### , a

_{2}

### , b

_{2}

### ) of the following system of inequalities:

### 0 < |a

^{1}

### /b

1### | < 1/j , 0 < |a

^{2}

### /b

2### − 1| < 1/j .

### Assuming this lemma we can complete the proof of (IV). With j fixed we have

### X

n

### r

^{2}

_{j}

### (n) ≤ X

rj(n)=1

### r

j### (n) + X

rj(n)≥2

### r

^{2}

_{j}

### (n) .

### It is clear that the first term satisfies the estimate P r

j### (n) ≪ (2

^{j}

### /j)

^{2}

### .

### By the Lemma, the second term is bounded by the number of solutions (a

1### , b

1### , a

2### , b

2### ) of the following inequalities:

### 2(2

^{j}

### )

^{2}

### ≤ (a

^{2}1

### + b

^{2}

_{1}

### )(a

^{2}

_{2}

### + b

^{2}

_{2}

### ) ≤ 2(2

^{j}

### + 2

^{j}

### /j)

^{2}

### , 0 < |a

^{1}

### /b

1### | < 1/j , 0 < |a

^{2}

### /b

2### − 1| < 1/j .

### Keeping a

_{1}

### , b

_{1}

### fixed we shall estimate the number of pairs (a

_{2}

### , b

_{2}

### ) satis- fying

### √ 2 2

^{j}

### pa

^{2}

_{1}

### + b

^{2}

_{1}

### ≤

### q

### a

^{2}

_{2}

### + b

^{2}

_{2}

### ≤

### √ 2(2

^{j}

### + 2

^{j}

### /j)

### pa

^{2}

_{1}

### + b

^{2}

_{1}

### , 0 <

### a

2### b

2### − 1

### < 1 j . One can identify each solution (a

2### , b

2### ) with a lattice point in the region described in the figure.

### The condition 0 < |a

^{2}

### /b

2### − 1| < 1/j yields b

^{2}

### > j and, therefore,

### √ 2 2

^{j}

### /j

### pa

^{2}

_{1}

### + b

^{2}

_{1}

### ≫ 1 ,

### which allows the number of lattice points inside that region to be estimated by its area. Thus

### X

rj(n)≥2

### r

^{2}

_{j}

### (n) ≪ X

a1,b1

0<|a1/b1|<1/j

### 4

^{j}

### (a

^{2}

_{1}

### + b

^{2}

_{1}

### )j

^{2}

### ≪ X

b1<2^{j}

### 4

^{j}

### b

1### j

^{3}

### ≪ 4

^{j}

### j

^{2}

### ,

### which easily yields inequality (IV).

### P r o o f o f t h e L e m m a. First we observe (see [3] for details) that if we have two different decompositions of n ≡ 0 (mod 4) as a sum of two squares, n = a

^{2}

### + b

^{2}

### = c

^{2}

### + d

^{2}

### , then there exist integers a

_{1}

### , b

_{1}

### , a

_{2}

### , b

_{2}

### such that

### n = (a

^{2}

_{1}

### + b

^{2}

_{1}

### )(a

^{2}

_{2}

### + b

^{2}

_{2}

### ) , a

1### b

_{1}

### = tan arctan(a/b) + arctan(c/d) 2

### , a

2### b

2### = tan arctan(a/b) − arctan(c/d) 2

### .

### Let n = a

^{2}

_{r}

### + b

^{2}

_{r}

### = a

^{2}

_{s}

### + b

^{2}

_{s}

### be two different representations of n as the sum of two squares satisfying

### 2

^{j}

### ≤ a

^{r}

### ≤ b

^{r}

### ≤ 2

^{j}

### + 2

^{j}

### /j , 2

^{j}

### ≤ a

^{s}

### ≤ b

^{s}

### ≤ 2

^{j}

### + 2

^{j}

### /j , a

_{r}

### ≡ b

r### ≡ a

s### ≡ b

s### ≡ 0 (mod 2) .

### By our previous argument there exist a

1### , b

1### , a

2### , b

2### such that n = (a

^{2}

_{1}

### + b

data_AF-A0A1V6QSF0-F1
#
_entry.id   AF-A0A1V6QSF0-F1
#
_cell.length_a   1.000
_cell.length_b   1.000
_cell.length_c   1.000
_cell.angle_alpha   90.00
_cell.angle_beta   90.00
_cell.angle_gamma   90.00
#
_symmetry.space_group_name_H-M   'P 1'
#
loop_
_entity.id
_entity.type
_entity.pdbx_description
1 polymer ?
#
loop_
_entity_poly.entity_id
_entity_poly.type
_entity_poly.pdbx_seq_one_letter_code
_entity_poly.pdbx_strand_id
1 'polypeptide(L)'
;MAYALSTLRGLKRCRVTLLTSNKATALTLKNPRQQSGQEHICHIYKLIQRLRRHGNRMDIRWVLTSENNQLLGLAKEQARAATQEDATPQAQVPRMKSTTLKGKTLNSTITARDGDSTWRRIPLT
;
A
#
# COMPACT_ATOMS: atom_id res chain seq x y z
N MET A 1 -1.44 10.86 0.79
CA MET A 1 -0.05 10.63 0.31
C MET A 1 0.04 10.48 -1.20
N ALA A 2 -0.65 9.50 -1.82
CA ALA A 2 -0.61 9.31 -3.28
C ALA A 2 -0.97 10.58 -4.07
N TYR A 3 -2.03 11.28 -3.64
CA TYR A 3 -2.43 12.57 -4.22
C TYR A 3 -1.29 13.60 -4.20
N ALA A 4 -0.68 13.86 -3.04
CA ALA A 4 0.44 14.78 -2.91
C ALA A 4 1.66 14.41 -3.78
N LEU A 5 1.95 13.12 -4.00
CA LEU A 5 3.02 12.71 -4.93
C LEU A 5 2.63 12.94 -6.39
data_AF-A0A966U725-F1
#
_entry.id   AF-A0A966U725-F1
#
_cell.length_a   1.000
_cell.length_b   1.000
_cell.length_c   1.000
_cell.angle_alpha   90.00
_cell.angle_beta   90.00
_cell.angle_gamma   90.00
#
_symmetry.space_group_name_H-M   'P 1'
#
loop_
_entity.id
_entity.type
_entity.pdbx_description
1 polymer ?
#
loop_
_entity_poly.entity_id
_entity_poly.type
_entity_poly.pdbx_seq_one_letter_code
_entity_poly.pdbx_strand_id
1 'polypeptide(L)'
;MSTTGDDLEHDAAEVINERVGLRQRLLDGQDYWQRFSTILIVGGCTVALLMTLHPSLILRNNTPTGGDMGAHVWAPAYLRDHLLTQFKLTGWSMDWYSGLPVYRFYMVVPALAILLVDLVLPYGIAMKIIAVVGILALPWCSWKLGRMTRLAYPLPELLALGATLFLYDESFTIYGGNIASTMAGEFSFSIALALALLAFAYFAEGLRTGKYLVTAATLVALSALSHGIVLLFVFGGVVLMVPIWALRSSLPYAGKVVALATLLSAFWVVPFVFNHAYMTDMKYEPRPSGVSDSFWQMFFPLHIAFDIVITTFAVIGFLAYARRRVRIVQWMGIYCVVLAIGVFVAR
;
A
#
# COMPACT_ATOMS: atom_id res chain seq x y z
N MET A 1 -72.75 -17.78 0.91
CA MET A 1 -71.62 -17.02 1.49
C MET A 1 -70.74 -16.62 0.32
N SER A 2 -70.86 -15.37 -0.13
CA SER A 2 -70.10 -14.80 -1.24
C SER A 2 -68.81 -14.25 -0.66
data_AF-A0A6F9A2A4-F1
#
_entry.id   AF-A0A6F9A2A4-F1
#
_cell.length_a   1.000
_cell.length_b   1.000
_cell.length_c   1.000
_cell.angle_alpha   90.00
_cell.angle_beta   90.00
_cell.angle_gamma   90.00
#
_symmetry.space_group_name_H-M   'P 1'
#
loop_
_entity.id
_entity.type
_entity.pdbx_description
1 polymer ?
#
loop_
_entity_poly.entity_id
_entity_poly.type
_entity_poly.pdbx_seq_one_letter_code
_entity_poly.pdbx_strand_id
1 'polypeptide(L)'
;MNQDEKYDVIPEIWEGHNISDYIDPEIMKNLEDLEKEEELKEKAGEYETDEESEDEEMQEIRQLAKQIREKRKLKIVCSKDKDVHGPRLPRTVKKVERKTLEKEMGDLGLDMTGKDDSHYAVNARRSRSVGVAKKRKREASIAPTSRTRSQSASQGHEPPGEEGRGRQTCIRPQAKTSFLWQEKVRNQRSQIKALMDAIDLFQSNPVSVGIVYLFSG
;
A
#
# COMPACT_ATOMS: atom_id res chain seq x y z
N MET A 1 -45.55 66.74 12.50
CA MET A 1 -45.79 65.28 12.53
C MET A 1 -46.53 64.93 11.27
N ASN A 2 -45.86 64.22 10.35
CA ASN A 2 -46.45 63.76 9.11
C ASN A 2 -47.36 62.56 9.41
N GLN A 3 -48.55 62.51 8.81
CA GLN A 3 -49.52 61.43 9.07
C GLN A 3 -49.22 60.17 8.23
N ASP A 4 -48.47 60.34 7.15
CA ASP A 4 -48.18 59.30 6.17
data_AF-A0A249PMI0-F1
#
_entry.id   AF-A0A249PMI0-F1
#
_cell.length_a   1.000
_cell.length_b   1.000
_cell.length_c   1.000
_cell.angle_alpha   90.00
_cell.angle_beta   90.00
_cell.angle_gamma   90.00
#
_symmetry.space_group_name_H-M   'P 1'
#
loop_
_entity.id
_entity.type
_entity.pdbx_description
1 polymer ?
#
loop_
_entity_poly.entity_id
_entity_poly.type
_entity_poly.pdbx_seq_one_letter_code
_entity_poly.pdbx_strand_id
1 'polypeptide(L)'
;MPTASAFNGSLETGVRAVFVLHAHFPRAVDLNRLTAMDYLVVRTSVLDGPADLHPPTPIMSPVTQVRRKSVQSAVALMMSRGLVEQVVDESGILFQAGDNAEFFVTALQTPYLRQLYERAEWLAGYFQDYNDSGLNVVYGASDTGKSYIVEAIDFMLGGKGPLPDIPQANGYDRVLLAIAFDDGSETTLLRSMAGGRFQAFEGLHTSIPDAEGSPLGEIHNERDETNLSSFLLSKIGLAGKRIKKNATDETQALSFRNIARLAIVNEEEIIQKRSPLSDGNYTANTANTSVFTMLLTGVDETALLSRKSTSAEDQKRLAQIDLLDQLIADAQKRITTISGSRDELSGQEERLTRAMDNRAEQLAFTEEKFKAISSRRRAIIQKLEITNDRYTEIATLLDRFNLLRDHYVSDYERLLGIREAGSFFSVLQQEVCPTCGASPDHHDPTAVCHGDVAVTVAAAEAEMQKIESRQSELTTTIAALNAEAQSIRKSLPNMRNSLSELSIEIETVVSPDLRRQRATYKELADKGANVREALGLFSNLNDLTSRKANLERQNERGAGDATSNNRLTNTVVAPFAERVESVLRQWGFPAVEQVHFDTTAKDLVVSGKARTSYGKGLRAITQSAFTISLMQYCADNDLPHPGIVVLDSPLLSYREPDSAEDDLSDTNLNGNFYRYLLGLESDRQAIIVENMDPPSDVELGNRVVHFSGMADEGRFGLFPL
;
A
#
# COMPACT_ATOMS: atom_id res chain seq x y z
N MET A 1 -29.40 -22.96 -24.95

^{2}

_{1}

### )(a

^{2}

_{2}

### + b

^{2}

_{2}

### ) ,

### a

1### b

1### = tan arctan(a

r### /b

r### ) + arctan(a

s### /b

s### ) 2

### , a

2### b

2### = tan arctan(a

r### /b

r### ) − arctan(a

^{s}

### /b

s### ) 2

### . The conditions imposed on a

r### , b

r### , a

s### , b

s### easily yield that

### |a

^{2}

### /b

2### | < 1/j , |a

^{1}

### /b

1### − 1| < 1/j .

### On the other hand, both quantities are strictly greater than 0 because otherwise we could not have started with two different representations of n as a sum of two squares.

### Each pair of different representations

### {n = a

^{2}r

### + b

^{2}

_{r}

### = a

^{2}

_{s}

### + b

^{2}

_{s}

### , a

s### ≡ b

^{s}

### ≡ a

^{r}

### ≡ b

^{r}

### ≡ 0 (mod 2)}

### produces different angles and, consequently, different integers a

1### , b

1### , a

2### , b

2### . Therefore

^{r}

^{j}

^{(n)}

_{2}

### is bounded above by the number of solutions of the problem

### n = (a

^{2}

_{1}

### + b

^{2}

_{1}

### )(a

^{2}

_{2}

### + b

^{2}

_{2}

### ) ,

### 0 < |a

1### /b

_{1}

### | < 1/j , 0 < |a

2### /b

_{2}

### − 1| < 1/j .

### The Lemma follows by observing that if r

j### (n) ≥ 2 then r

^{2}j

### (n) ≤ 4

^{r}

^{j}

^{(n)}2

### .

### R e m a r k s. It is not difficult to see that no subsequence of the squares

### {n

^{2}k

### } such that n

^{2}k

### = o(k

^{2}

### log k) can have the property B

2### [∞].

### Furthermore, one can build sequences of square numbers which grow very fast and which, nevertheless, are not B

2### [∞]-sequences.

### In the proof of the Theorem we have used some of the methods intro- duced in [2] and [3] and we have obtained the following estimate:

### X

N ≤n≤N +N/ log N

### e

^{2πin}

^{2}

^{x}

### 4

### ≃ N

^{1/2}

### (log N )

^{1/2}

### ,

### uniformly in N , which improves the results contained in [2]. More precisely, we have obtained

### X

N ≤n≤N +N/M

### e

^{2πin}

^{2}

^{x}

_{4}

### = 2

^{1/4}

### N

^{1/2}

### M

^{1/2}

### 1 + O log N M

1/4### for every M ≥ 1.

**References**

[1] *A. O. L. A t k i n, On pseudo-squares, Proc. London Math. Soc. (3) 14A (1965), 22–27.*

[2] J. C i l l e r u e l o and A. C ´*o r d o b a, Trigonometric polynomials and lattice points, Proc.*

Amer. Math. Soc., to appear.

[3] *J. C i l l e r u e l o, B*2*-sequences whose terms are squares*, Acta Arith. 55 (1990), 261–

265.

[4] P. E r d ˝*o s and A. R ´en y i, Additive properties of random sequences of positive integers,*
Acta Arith. 6 (1960), 83–110.

[5] *H. H a l b e r s t a m and K. F. R o t h, Sequences, Clarendon Press, Oxford 1966.*

DEPARTAMENTO DE MATEM ´ATICAS UNIVERSIDAD AUT ´ONOMA DE MADRID 28049 MADRID, ESPA ˜NA

*Received on 8.10.1990*

*and in revised form on 5.7.1991* (2087)